Worker status: Government publishes its ‘Good Work Plan’ in response to Taylor review consultations

The Government’s review of modern working practices has been a rather protracted affair but today there has been a significant development with the publication of the Government’s Good Work Plan, which sets out its vision for the future of the UK labour market.  However, as before, when making its initial response to the Taylor Review, the detail provided by the Government is a bit thin on the ground.  No draft legislation has been published, and there are very few indications of timescales for the changes. NB – SEE UPDATE BELOW.

Employers should, however, take note of the key proposals which include:

  • streamlining the employment status tests so they are the same for employment and tax purposes;
  • abolishing the Swedish derogation which allows employers to pay agency workers less than their own workers in certain circumstances;
  • a right for workers to request a fixed working pattern; and
  • changing the rules on continuity of employment so that a break of up to 4 weeks will not interrupt continuity.


Matthew Taylor was commissioned in November 2016 to carry out an independent review of modern working practices. The overriding ambition of the review was that, “all work in the UK economy should be fair and decent, with realistic scope for development and fulfilment”. The Taylor Review reported in July 2017, with the publication of itsGood Work’ paper, which made wide-ranging recommendations for reform.

The Government responded to the Good Work recommendations in February 2018 saying that it would carry nearly all of them forward. However, it said that some recommendations required further consultation to decide on the best way to deliver change. It therefore published 4 consultation papers:

The Good Work Plan published today is the Government’s response to these consultation papers.  It says it is committed to, “a wide range of policy and legislative changes to ensure that workers can access fair and decent work, that both employers and workers have the clarity they need to understand their employment relationships, and that the enforcement system is fit for purpose”.

The Government’s proposals for change

The Government says that it will:

  • Align the employment status frameworks for the purposes of employment rights and tax

The Government believes that having separate frameworks for determining employment status for the purposes of employment rights and tax causes confusion for individuals and employers. It says that it will bring forward detailed proposals on how the frameworks could be aligned.  There is, however, no further information at this stage.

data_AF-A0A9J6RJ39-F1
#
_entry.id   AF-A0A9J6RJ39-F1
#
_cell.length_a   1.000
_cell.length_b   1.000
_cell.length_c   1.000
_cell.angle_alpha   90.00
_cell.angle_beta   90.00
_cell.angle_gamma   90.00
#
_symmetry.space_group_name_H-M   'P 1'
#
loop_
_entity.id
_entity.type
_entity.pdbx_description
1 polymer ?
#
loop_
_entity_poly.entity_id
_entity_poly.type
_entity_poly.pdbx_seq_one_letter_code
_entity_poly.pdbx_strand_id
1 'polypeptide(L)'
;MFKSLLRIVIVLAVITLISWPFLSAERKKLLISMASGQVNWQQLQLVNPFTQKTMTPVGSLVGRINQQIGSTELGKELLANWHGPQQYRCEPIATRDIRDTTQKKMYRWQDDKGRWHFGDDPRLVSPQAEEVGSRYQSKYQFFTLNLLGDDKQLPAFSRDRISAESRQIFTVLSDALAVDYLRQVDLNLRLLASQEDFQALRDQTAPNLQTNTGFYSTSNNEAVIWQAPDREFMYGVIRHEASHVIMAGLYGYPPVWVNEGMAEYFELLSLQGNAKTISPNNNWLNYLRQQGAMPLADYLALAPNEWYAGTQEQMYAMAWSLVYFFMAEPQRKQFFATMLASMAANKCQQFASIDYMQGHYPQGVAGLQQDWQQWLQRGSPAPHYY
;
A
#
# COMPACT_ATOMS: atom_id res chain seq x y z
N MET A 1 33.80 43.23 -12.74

• Improve the clarity of the employment status test and improve guidance and online tools

The Government also says that it will legislate to improve the clarity of the employment status tests and improve the guidance and online tools available to help people understand their status. It will also legislate to prevent businesses from trying to misclassify or mislead their staff. It refers to the Taylor Review’s recommendation that whether someone is self-employed or has worker rights should have more emphasis on control, rather than the right to send a substitute.

  • Introduce a right to request a more stable contract

There will be a right for individuals, who have at least 26 weeks’ service with an employer, to request a more stable employment contract if they would like a more fixed working pattern. For example, this may be in relation to the number of hours a person receives, or fixed days on which they will be asked to work.  There is no detail yet on the obligations of an employer to consider this type of request.

  • Increase the time required to break a period of continuous service

Currently a gap of one week in employment with the same employer can break what counts towards continuous service, making it difficult for some employees to accrue employment rights. The Government proposes to allow a break of up to 4 weeks before continuity is affected.

  • Ban the use of pay-between-assignment contracts for agency workers (the Swedish derogation)